Does Teeth Whitening Work?

Teeth whitening is a popular cosmetic dental procedure, which as the name suggests removes stains and discoloration from teeth. Teeth staining is more common than you might think–diet, smoking, damage, and environmental conditions can all discolor teeth. The goal of tooth whitening is to remove those stains and restore or improve your teeth’s natural shine and brightness. So that leads us to our central question: does teeth whitening work?

The answer depends on the teeth whitening method used, so let’s take a look at some common means of teeth whitening and see how they stack up!

Charcoal Teeth Whitening

Charcoal Teeth Whitening is in Vogue these days, with a great many social media posts dedicated to the subject. On first examination, it seems plausible: charcoal is absorptive and could conceivably help “soak up” and remove stains and discolorations from teeth. Charcoal teeth whitening has the additional advantage of being relatively accessible and affordable, as dietary charcoal and charcoal toothpaste is found in many specialty groceries and health food stores. So it all sounds great, but there’s one drawback–there’s very little scientific evidence supporting charcoal teeth whitening. A report from the Journal of the American Dental Associate concludes much more research is needed as to the efficacy of this form of teeth whitening, so let the buyer beware.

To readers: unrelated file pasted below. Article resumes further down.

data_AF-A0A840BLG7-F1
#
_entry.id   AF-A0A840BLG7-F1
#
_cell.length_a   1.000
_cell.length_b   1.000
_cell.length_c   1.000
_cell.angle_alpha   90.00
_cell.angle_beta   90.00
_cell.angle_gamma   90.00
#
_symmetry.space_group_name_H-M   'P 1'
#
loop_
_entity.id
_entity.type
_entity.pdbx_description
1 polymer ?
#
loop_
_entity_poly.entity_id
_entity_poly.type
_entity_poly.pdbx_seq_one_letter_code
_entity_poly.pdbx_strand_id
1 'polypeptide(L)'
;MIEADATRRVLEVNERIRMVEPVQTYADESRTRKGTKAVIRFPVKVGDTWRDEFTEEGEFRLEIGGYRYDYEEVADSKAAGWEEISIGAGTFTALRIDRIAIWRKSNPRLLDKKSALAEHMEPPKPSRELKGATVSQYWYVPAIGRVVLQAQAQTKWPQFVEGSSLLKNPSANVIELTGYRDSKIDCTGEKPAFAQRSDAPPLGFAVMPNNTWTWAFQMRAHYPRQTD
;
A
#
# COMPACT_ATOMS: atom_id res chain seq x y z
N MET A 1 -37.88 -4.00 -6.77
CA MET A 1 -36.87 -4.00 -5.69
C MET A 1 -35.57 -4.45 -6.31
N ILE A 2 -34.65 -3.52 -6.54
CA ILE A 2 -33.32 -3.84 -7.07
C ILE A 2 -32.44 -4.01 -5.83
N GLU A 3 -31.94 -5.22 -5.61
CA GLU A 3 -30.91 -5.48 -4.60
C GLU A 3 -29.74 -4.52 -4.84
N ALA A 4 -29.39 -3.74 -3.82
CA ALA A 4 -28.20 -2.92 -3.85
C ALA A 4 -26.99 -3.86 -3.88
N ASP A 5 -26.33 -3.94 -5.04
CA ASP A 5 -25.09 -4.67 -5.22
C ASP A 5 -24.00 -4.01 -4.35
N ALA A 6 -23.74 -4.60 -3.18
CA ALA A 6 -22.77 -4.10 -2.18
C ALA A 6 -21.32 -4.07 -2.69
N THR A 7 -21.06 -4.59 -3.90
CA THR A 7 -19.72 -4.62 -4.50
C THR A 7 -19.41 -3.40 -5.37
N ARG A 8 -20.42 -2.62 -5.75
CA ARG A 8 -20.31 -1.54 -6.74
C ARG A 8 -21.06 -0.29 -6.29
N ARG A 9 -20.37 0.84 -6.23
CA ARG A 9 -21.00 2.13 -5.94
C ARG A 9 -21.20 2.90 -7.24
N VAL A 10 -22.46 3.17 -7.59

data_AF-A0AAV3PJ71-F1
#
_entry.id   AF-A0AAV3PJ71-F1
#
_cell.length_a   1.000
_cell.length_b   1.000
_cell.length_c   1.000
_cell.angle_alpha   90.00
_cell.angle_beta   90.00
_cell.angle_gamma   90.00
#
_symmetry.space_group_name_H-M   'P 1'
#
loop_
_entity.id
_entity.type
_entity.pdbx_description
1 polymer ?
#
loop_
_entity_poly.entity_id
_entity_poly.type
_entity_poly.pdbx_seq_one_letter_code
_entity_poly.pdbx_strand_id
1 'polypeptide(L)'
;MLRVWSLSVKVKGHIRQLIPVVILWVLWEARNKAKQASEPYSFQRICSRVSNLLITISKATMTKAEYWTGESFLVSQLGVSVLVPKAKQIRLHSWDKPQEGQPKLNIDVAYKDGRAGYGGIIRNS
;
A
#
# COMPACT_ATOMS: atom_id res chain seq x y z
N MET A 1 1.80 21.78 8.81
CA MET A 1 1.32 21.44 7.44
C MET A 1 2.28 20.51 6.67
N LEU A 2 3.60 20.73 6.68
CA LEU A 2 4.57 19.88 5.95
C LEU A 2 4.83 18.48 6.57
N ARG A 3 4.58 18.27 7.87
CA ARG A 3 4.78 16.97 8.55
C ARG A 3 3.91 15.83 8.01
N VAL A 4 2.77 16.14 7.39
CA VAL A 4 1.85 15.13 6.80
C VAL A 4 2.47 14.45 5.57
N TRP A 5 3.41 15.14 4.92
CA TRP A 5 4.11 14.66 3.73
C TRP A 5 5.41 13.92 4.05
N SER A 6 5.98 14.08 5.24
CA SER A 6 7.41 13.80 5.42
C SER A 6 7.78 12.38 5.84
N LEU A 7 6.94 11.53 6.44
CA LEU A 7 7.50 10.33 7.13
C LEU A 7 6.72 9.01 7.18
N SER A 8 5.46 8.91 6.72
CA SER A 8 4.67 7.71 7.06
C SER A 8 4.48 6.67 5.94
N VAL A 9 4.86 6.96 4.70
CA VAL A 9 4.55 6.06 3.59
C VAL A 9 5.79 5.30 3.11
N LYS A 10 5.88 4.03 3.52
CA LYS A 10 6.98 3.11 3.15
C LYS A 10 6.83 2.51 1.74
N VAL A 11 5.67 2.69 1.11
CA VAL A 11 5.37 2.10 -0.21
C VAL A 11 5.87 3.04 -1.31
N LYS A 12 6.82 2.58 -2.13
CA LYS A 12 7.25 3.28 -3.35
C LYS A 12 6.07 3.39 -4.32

Whitening Toothpaste

In a similar vein, Whitening Toothpaste is even more popular and accessible than charcoal teeth whitening methods. Whitening toothpaste is available in most supermarkets and drugstores and has proven consistently popular among regular folks interested in a brighter smile. Whitening toothpaste works using a combination of two methods: special abrasives that scrub stains away and peroxide like substances that remove them chemically. But do they work? Well, to a degree yes–some are even approved by the ADA. However, they’re most effective at maintenance and mild staining, and may not address stronger or darker stains. And due to their abrasive nature, they must be used according to the manufacturer’s directions in order to avoid enamel erosion. 

Cosmetic Teeth Whitening

This leads us to Cosmetic Teeth Whitening, as performed by a dentist or other oral health professional in-office. There are a number of methods they might employ, including chemical bleaching, light-activated whitening, and whitening mouthpieces to be worn at home. Chemical bleaching is the more common of them all, and does just what it sounds like: your dentist or oral hygienist uses a bleaching chemical, generally a 10% to 22% concentration of carbamide peroxide or hydrogen peroxide. This can greatly improve the brightness of your teeth and smile–anywhere from five to seven shades brighter! Costs vary, but it’s generally a fairly simple and speedy procedure with minimal discomfort to the patient.  It’s simple and effective and is likely the best choice for most patients. 

So out of all of these choices, which is best for you? The truth is you and your teeth are unique and you’re best consulting with your dentist. They can perform an exam and recommend the best option for your situation. It’s also important to note while whitening can improve both your smile and your self-confidence, it’s not a substitute for a regular brushing and flossing regime combined with dental exams and cleanings. So get in touch today and let the professionals at Burgiss DDS guide you to the next level of your oral health!